COURT WATCH: Judge Permits Partial Gang Evidence in Upcoming Justin Gonzalez Retrial

By Rena Abdusalam 

WOODLAND, CA – A motion in limine hearing was held for Justin Gonzalez in Yolo County Superior Court last week, focusing on the admissibility of Gonzalez’s gang activity evidence in his upcoming jury trial that begins Monday, Oct. 16.

The judge, after long arguments, sided in part with the defense and in part with the prosecution.

In 2017, Justin Gonzalez was found guilty of second-degree murder for his part in the stabbings that occurred at Woodland’s Casa del Sol the year prior.

Throughout the course of his case, Gonzalez has maintained his innocence and, due to changes in state law, he was given the opportunity for a retrial.

Before Gonzalez’s retrial, Deputy Public Defender Ron Johnson requested a motion in limine, which are hearings that set parameters for what evidence is allowed to be introduced at trial.

Because of the passage of Assembly Bill 333 in California, which redefined and attempted to reduce the damage of gang enhancements, DPD Johnson is now attempting to not allow any evidence of gang activity for Gonzalez’s retrial.

“There should be extremely limited gang evidence following AB 333 as to Mr. Gonzalez because what essentially would be happening in Mr. Gonzalez’s case is using prejudicial evidence to bolster a relatively weak case against Mr. Gonzalez,” said DPD Johnson.

To demonstrate his reasoning, DPD Johnson noted evidence he said “undermines” the prosecution’s theory, including a video and DNA evidence from the shirt Gonzalez wore on the night of the stabbing.

DPD Johnson said DNA found was only from Gonzalez, and not from the victim, which contradicts the prosecution’s theory suggesting Gonzalez bear hugged the victim during the killing. DPD Johnson also pointed out that there was a lack of blood on the accused’s shirt.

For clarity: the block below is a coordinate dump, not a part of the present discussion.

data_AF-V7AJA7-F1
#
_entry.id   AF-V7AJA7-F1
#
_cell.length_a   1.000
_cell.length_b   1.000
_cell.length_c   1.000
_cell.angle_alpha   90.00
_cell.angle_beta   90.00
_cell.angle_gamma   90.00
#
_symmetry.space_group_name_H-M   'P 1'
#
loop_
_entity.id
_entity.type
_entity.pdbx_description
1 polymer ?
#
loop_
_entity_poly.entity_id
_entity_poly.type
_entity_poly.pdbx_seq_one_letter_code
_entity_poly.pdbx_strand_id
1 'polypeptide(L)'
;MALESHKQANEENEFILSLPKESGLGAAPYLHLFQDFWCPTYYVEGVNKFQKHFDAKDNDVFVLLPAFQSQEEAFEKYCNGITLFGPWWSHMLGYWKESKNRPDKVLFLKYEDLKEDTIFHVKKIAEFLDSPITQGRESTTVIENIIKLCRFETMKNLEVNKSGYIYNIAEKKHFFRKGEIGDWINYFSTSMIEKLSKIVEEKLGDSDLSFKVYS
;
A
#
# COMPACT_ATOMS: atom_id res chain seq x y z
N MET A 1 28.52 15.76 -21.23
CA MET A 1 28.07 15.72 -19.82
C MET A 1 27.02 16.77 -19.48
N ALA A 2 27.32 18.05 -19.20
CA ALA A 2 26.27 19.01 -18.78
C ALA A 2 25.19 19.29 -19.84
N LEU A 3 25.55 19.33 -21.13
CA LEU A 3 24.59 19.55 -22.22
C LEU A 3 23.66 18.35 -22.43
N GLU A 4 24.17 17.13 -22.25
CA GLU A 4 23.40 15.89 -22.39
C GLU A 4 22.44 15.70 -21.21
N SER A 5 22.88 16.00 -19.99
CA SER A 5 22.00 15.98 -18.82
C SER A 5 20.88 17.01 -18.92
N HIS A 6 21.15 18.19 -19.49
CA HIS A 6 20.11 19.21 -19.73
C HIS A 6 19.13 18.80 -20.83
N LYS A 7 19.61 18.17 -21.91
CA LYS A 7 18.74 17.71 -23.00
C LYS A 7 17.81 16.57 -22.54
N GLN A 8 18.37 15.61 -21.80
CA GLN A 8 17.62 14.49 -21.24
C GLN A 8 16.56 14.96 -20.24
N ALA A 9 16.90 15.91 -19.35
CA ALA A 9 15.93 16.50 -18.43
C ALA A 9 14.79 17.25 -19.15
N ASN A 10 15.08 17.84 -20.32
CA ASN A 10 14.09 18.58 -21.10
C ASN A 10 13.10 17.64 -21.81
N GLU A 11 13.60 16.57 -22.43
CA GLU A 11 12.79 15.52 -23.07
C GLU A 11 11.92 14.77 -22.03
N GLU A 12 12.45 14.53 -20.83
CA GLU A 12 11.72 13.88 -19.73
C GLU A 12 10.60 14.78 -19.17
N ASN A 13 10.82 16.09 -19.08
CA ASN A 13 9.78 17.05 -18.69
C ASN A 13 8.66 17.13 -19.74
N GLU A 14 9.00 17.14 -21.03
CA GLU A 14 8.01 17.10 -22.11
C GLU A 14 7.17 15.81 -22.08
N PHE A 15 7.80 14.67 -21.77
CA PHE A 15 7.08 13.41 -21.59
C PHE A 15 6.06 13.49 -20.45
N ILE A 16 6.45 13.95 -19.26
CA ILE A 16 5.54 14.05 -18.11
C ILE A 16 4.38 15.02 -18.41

“The Court should not allow (the prosecution) to try to prejudice a jury by introducing highly inflammatory gang evidence against Mr. Gonzalez,” declared the DPD, adding that if some gang evidence were to be allowed, it should only include the fact Gonzalez was indeed a gang member, but anything further would inflame the jury.

However, Deputy District Attorney Robin Johnson replied AB 333 has not changed anything for Gonzalez’s case.

Because AB 333 focuses on gang enhancements, DDA Johnson said a great deal of evidence would have to be introduced for Gonzalez’s enhancements and other charges, which is unrelated to the prosecution’s argument and not part of evidence for a gang-related motive.

DDA Johnson also defended the prosecution’s introduction of evidence for the trial that includes Gonzalez’s associations with the Woodland gang, Varrio Bosque Norteño (VBN), and testimony from a gang expert on what certain terms meant for the gang, and the gang culture.

Judge Samuel McAdam asked DDA Johnson if there was another method to introduce gang evidence without an expert, such as through witnesses, to which DDA Johnson replied that it is important for the expert to be able to explain gang interactions and details of the stabbing.

After DDA Johnson’s response, Judge McAdam said the court would allow evidence related to the Casa del Sol stabbing, meanings behind certain terms, the gang member status of Gonzalez, and some of expert testimony the DDA requested.

“I think this is the framework the court is interested in,” said Judge McAdam. “I want to stay focused on what happened at Casa del Sol that night.”

Agreeing with DDA Johnson, Judge McAdam stated AB 333 does not “preclude entirely the admissibility of gang evidence” and the court wants to “stick principally with generalized expert testimony on what was happening” during the Casa del Sol event.

Judge McAdam, however, did agree with DPD Johnson’s argument of not permitting other highly prejudicial information regarding Gonzalez’s gang and gang enhancements in general.

“I do think the jury is allowed to be told the nature of the conflict that was going on at the trailer park that night,” continued Judge McAdam.

When asked about his opinion on Judge McAdam’s framework, DPD Johnson acknowledged that it was reasonable to not allow any other evidence besides what the scope permits.

“The court is going to admit gang evidence as I outlined earlier and I think the prosecution has a full argument to make that there was gang activity going on. I think we narrowed the scope of the admissible evidence, but the gang evidence will come in,” ruled Judge McAdam. “I’ve come up with this balance and I’m confident that this is a good approach.”

About The Author

Rena is a junior at Davis Senior High School and is currently exploring her interest in the criminal justice system. After high school, she plans to attend college and continue to pursue a career in law.

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